♥ by Eva
It’s been a while since we’ve been to these two stunning places, but they are so amazing that I have to tell you about them.
…is often referred to as a ‘magical forest’. As far as I know that isn’t because of any fairy stories that originate there. Maybe it’s because of the partly tropical flora that’s growing wildly like a jungle. Or the many wells and fountains that are hidden throughout the forest. Let me tell you more about that. In fact, there is a very stately and romantic-looking convent right in the centre of the forest. The nuns who used to reside there built numerous fountains in order to secure the freshwater supply. They also used to travel to exotic lands, and it is said that they would return from each trip with some flowers and trees from the various countries and plant them in the forest. The exotic plants seem to have liked the place, because they are still there nowadays. And while you can find eucalyptus trees basically everywhere in Portugal, the Buçaco forest is said to have some of the largest and biggest. We found one very large specimen which was around 1.50 m in diameter!
The day we arrived in the forest, they had announced rather bad weather. But optimistic as we are we thought that it’s good to hike in the forest when it rains, because you’re somewhat protected by the green roof over your head. What we didn’t pay attention to was that they also announced winds up to 50 km/h! So we arrived there in the evening and it was blowing. We had a hard time finding a place to park which didn’t have any trees overhead. And when we finally thought we’d found it, a huge branch actually broke off a tree nearby and just missed the back of our camper. That scared us so much that we re-parked in the middle of the night…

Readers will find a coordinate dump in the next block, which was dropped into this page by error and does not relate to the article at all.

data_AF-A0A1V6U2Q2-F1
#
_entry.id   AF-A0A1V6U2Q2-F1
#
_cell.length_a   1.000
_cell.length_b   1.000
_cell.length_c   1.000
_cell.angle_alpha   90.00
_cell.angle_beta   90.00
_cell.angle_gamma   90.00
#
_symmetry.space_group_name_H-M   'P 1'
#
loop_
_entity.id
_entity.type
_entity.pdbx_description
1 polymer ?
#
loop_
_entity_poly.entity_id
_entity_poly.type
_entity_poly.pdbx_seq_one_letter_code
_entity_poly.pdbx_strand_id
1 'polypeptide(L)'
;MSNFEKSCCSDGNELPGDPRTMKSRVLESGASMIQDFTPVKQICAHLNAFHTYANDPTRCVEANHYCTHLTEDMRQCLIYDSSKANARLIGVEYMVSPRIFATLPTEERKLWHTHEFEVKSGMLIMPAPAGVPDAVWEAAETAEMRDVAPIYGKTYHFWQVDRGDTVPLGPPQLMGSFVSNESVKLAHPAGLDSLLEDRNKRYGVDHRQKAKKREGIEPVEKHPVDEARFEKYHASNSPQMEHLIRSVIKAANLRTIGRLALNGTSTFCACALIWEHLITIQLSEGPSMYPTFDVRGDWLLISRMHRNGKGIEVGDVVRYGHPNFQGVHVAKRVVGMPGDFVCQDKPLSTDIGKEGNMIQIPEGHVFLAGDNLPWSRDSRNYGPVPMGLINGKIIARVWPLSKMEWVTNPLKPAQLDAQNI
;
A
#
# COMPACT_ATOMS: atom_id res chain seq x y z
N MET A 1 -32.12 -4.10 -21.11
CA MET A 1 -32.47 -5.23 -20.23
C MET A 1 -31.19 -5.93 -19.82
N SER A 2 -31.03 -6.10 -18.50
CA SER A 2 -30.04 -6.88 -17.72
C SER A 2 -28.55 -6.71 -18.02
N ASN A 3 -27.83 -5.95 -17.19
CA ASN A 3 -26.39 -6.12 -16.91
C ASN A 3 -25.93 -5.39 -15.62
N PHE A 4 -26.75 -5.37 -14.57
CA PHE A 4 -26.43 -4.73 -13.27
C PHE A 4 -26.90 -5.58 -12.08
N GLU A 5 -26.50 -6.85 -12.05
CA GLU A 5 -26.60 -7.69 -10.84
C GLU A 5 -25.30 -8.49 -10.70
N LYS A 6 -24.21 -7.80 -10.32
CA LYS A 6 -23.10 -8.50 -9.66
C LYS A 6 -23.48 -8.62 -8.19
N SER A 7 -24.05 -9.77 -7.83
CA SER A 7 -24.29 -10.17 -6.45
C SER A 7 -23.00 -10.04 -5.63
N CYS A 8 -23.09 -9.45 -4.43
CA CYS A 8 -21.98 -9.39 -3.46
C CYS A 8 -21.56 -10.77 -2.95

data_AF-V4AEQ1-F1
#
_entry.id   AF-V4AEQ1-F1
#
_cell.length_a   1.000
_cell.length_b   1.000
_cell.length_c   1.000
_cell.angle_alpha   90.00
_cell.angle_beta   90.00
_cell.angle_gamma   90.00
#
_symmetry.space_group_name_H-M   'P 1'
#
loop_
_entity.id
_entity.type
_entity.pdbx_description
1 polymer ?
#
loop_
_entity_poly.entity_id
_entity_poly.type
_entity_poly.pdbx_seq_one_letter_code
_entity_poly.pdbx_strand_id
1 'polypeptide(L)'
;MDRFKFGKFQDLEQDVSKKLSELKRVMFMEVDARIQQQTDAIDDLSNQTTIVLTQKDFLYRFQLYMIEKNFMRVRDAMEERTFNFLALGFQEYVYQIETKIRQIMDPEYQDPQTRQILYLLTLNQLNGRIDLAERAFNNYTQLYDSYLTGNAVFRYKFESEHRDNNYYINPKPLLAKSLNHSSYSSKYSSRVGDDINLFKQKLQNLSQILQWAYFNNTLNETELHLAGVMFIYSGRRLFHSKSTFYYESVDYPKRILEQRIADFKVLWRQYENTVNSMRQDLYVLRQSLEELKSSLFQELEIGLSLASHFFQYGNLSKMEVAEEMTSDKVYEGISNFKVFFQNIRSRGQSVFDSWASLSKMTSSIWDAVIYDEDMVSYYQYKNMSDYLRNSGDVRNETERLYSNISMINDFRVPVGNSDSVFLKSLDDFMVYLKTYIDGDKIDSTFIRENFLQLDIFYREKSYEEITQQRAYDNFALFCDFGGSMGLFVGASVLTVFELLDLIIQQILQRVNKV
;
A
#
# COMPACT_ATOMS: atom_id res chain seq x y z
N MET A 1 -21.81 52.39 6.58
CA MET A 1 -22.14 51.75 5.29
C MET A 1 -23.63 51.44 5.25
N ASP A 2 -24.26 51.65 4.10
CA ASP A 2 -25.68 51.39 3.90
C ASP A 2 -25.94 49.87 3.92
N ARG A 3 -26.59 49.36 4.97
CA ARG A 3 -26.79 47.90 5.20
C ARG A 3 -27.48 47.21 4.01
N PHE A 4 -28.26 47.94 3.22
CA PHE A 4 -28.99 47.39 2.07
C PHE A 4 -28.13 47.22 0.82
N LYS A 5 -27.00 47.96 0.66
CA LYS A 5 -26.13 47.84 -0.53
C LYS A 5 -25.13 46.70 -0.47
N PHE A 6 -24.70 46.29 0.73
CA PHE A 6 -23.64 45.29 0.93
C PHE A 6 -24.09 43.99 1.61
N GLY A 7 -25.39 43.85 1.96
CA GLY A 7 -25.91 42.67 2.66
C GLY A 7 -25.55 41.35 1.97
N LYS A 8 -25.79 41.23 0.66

The next morning, we put our rain clothes on and ventured out into the forest with Carlotta wrapped on my back (no problem with the right gear – there’ll soon be a review about my softshell babywearing jacket for all interested mommy’s and daddy’s out there). The hiking paths are really well-made and criss-cross the whole forest. There are signs that lead you to the various sights. The narrow paths are sometimes rather muddy (well, it was raining), steep or strewn with small rocks. Nevertheless, it’s perfectly suitable for families. You can do a lot of round trips that will last about an hour (or more or less if you want). The sights that I would really recommend are the fountain Fonte Fría, the huge eucalyptus trees, the hermit caves and the convent.